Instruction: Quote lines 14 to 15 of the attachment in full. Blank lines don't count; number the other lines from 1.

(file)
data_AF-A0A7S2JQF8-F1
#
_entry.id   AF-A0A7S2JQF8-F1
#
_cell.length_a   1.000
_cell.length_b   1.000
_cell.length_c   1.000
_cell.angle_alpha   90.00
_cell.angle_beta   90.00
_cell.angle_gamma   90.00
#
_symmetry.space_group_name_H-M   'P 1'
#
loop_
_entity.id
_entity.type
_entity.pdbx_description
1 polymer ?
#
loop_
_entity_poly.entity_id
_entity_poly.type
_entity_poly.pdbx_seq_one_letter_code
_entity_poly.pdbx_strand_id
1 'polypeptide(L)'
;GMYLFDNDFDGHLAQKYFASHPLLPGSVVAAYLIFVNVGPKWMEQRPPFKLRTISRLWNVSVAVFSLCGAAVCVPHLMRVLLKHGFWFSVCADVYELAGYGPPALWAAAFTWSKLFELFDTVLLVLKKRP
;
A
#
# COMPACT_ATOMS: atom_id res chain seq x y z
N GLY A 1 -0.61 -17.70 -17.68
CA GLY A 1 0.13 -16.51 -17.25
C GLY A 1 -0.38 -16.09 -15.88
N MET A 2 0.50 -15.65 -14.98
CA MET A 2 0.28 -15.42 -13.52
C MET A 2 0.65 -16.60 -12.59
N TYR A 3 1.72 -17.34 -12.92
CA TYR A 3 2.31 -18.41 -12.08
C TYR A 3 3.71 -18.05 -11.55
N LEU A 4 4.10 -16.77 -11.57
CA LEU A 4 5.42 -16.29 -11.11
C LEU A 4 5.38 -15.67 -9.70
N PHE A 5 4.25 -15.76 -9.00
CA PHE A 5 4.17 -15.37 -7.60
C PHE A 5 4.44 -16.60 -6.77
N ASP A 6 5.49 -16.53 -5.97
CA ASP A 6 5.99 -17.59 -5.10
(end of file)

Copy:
loop_
_entity.id